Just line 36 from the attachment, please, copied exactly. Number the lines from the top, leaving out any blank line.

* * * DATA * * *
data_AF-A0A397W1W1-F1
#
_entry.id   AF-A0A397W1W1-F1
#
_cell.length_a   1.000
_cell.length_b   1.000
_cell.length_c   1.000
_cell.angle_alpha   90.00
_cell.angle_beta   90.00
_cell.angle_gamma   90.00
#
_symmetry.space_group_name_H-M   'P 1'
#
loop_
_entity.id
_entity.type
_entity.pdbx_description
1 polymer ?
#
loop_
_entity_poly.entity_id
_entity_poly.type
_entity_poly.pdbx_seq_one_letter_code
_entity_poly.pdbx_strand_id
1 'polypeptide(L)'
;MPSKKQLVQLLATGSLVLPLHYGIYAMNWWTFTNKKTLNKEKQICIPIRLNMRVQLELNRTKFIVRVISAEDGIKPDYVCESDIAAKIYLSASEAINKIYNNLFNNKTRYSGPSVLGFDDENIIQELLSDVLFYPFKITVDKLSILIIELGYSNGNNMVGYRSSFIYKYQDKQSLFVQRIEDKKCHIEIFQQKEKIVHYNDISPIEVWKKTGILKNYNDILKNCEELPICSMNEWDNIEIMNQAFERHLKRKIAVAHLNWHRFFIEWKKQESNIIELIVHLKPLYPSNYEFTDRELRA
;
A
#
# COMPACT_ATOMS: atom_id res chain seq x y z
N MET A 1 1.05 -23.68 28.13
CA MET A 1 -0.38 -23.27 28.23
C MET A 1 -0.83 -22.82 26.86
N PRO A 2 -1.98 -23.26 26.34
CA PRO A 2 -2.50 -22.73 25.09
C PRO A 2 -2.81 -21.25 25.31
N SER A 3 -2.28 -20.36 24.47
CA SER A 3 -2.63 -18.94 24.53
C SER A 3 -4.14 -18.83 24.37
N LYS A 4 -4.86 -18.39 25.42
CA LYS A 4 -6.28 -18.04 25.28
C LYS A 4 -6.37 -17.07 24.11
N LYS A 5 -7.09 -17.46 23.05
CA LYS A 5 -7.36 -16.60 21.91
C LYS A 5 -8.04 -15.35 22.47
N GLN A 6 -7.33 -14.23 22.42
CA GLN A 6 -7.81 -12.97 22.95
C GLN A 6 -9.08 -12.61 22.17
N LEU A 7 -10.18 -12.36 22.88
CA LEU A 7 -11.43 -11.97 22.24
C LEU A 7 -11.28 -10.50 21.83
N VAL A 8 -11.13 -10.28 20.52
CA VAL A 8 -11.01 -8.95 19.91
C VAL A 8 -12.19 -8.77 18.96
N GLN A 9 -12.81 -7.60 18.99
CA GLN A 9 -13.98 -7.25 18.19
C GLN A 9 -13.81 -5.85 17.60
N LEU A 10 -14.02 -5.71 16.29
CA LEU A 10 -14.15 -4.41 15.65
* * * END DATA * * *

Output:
C PRO A 2 -2.81 -21.25 25.31